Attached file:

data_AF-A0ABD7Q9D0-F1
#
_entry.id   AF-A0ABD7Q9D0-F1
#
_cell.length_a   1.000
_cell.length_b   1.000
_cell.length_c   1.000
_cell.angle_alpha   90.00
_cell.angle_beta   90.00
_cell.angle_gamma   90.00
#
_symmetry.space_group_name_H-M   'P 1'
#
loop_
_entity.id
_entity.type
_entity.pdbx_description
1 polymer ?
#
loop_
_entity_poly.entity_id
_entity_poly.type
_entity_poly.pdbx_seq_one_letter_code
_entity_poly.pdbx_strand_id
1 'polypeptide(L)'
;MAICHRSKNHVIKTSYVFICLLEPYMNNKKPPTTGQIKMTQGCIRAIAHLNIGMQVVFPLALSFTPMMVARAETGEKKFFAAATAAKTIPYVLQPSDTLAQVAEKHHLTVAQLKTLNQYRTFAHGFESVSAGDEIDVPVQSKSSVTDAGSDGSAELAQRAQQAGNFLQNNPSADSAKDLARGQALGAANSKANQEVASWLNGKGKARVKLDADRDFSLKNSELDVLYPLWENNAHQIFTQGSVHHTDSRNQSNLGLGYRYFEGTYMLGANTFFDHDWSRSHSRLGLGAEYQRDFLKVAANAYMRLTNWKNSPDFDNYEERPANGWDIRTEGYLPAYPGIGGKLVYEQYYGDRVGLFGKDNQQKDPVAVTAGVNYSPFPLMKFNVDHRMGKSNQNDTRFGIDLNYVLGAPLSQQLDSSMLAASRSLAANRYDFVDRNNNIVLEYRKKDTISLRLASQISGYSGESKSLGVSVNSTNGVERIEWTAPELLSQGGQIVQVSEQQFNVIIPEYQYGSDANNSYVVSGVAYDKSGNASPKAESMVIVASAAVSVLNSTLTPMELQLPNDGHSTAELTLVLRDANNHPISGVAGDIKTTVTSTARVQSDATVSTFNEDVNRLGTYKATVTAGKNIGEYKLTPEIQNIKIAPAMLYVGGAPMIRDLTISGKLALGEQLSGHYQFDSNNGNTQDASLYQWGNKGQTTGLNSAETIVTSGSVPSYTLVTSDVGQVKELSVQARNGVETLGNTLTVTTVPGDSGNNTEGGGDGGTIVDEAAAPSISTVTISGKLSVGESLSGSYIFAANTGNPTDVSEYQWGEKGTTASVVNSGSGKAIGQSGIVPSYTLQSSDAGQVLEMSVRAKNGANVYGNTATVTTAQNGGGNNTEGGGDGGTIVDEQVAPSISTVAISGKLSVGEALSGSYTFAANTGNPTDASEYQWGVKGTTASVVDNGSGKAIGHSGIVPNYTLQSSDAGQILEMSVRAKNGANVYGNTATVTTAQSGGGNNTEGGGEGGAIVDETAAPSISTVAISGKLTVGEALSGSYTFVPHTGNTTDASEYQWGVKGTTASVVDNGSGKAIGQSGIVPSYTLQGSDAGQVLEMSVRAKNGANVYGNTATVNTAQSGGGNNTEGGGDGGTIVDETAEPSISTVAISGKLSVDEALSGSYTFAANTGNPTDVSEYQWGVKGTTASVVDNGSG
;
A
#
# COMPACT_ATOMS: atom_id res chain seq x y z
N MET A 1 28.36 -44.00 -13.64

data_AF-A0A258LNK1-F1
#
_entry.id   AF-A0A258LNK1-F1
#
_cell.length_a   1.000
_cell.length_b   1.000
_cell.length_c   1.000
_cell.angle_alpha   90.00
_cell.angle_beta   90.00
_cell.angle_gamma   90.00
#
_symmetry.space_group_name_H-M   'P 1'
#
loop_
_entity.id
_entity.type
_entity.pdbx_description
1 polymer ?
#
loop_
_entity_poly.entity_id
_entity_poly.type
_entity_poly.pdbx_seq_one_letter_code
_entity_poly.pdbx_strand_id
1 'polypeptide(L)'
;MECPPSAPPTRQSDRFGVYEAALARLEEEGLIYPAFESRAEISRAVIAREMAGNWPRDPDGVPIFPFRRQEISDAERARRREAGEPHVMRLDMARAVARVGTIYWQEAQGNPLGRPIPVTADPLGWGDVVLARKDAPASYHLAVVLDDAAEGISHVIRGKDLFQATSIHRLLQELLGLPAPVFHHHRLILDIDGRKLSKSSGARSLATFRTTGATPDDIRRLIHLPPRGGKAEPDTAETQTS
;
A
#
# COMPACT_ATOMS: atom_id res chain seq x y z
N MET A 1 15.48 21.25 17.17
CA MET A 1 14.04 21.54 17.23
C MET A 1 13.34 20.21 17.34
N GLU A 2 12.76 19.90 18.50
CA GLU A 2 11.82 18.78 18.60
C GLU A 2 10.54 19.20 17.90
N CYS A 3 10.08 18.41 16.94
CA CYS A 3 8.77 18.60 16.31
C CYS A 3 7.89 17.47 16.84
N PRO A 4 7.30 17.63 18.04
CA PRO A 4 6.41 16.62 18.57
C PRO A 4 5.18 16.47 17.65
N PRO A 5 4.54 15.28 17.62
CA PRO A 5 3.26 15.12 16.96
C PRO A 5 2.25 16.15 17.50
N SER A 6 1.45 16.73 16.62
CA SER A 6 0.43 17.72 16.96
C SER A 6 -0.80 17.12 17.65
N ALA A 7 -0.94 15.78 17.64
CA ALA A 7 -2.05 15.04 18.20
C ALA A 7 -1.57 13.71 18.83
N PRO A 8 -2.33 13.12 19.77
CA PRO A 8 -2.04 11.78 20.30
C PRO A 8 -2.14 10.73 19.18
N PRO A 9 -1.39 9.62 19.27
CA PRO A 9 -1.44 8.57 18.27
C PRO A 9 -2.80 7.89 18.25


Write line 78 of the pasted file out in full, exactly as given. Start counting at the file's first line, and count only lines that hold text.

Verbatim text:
CA SER A 6 0.43 17.72 16.96